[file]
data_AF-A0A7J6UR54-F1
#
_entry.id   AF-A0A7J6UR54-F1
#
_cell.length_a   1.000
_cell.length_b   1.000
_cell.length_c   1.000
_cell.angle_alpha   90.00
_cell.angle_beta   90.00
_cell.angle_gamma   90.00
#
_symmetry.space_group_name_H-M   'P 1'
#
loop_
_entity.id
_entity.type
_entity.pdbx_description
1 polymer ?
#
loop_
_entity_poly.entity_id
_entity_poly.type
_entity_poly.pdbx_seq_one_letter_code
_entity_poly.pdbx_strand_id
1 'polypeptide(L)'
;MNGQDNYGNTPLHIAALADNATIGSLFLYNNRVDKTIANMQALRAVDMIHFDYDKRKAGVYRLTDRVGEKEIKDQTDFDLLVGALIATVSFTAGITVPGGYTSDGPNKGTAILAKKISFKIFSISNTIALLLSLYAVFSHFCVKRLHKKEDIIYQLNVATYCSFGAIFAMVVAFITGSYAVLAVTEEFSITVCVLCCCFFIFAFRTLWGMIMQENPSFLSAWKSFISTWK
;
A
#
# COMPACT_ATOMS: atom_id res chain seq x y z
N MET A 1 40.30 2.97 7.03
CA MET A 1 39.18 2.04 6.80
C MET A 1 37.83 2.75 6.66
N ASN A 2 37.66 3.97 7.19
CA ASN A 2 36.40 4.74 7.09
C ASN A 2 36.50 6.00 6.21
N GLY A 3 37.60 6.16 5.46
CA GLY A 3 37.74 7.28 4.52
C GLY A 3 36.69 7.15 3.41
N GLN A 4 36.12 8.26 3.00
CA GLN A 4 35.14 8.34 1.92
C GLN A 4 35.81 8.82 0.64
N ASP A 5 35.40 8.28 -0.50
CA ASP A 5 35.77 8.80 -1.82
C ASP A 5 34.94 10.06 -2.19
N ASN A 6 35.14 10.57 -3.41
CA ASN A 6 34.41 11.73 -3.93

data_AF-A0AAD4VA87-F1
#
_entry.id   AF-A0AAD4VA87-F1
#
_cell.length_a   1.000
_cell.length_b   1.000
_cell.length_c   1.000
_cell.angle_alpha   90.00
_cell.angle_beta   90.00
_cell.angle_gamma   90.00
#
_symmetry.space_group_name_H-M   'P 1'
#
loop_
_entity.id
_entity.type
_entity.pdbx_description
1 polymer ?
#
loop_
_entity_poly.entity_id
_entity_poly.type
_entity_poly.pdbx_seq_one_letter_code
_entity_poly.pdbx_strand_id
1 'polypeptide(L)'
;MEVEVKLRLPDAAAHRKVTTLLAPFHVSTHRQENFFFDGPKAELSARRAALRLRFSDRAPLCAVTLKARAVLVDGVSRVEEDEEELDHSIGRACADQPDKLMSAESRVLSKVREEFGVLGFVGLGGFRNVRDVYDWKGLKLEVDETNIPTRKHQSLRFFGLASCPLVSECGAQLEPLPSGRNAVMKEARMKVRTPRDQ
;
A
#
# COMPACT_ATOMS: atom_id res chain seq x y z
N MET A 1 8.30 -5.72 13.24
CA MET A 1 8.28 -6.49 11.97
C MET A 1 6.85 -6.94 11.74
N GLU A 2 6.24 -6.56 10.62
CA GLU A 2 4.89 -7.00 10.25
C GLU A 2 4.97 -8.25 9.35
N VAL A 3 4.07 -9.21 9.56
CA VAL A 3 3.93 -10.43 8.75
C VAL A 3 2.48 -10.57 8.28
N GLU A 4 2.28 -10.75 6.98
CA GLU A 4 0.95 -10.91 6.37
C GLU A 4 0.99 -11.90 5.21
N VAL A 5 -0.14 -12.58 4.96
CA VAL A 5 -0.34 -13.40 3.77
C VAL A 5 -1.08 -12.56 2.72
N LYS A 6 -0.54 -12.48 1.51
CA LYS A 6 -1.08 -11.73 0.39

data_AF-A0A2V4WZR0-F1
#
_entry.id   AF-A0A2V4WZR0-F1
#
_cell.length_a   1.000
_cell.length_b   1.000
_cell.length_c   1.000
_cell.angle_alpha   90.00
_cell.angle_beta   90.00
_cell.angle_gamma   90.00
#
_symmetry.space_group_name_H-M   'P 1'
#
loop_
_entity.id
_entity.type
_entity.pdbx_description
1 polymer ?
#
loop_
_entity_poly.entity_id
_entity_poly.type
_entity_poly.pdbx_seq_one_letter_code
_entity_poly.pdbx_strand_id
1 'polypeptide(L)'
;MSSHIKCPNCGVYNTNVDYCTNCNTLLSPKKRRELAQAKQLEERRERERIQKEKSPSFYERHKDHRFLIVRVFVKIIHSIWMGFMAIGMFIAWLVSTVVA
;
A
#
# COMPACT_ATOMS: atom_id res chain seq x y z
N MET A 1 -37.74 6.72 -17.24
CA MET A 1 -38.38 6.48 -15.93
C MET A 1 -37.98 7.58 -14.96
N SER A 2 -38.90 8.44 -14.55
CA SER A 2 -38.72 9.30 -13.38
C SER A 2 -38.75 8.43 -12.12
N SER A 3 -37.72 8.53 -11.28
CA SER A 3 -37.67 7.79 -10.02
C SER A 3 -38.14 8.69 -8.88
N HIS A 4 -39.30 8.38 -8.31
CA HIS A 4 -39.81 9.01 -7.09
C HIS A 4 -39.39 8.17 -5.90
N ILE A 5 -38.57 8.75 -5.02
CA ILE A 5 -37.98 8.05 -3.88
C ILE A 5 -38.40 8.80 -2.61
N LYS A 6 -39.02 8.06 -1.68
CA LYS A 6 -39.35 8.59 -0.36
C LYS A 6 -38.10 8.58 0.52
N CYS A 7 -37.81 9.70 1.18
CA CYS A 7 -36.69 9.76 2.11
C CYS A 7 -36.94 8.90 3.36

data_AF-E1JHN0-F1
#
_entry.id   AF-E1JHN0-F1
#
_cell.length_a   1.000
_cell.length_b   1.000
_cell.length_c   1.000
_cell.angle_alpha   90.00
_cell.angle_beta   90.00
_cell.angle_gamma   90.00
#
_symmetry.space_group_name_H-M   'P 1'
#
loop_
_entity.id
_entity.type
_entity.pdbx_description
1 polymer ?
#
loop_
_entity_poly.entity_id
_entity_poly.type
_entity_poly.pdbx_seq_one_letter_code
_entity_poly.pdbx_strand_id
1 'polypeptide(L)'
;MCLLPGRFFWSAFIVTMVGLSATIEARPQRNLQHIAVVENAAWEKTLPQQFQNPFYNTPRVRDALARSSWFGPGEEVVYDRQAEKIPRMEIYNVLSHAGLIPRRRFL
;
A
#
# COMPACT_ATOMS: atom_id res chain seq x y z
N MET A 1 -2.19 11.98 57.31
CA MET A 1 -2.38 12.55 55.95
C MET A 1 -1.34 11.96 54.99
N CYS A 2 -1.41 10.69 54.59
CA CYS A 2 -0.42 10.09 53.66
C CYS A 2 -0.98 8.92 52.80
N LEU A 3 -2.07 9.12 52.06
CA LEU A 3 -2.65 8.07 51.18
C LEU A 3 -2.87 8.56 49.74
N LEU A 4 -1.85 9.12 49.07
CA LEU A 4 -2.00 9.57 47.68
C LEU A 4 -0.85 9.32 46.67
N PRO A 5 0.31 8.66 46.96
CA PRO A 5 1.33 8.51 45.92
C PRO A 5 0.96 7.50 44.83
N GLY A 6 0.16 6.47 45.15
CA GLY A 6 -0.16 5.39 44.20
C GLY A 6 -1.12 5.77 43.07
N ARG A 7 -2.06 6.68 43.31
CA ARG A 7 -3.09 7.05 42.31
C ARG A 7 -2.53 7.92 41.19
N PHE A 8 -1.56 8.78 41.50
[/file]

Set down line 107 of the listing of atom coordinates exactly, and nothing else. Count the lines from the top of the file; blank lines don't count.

#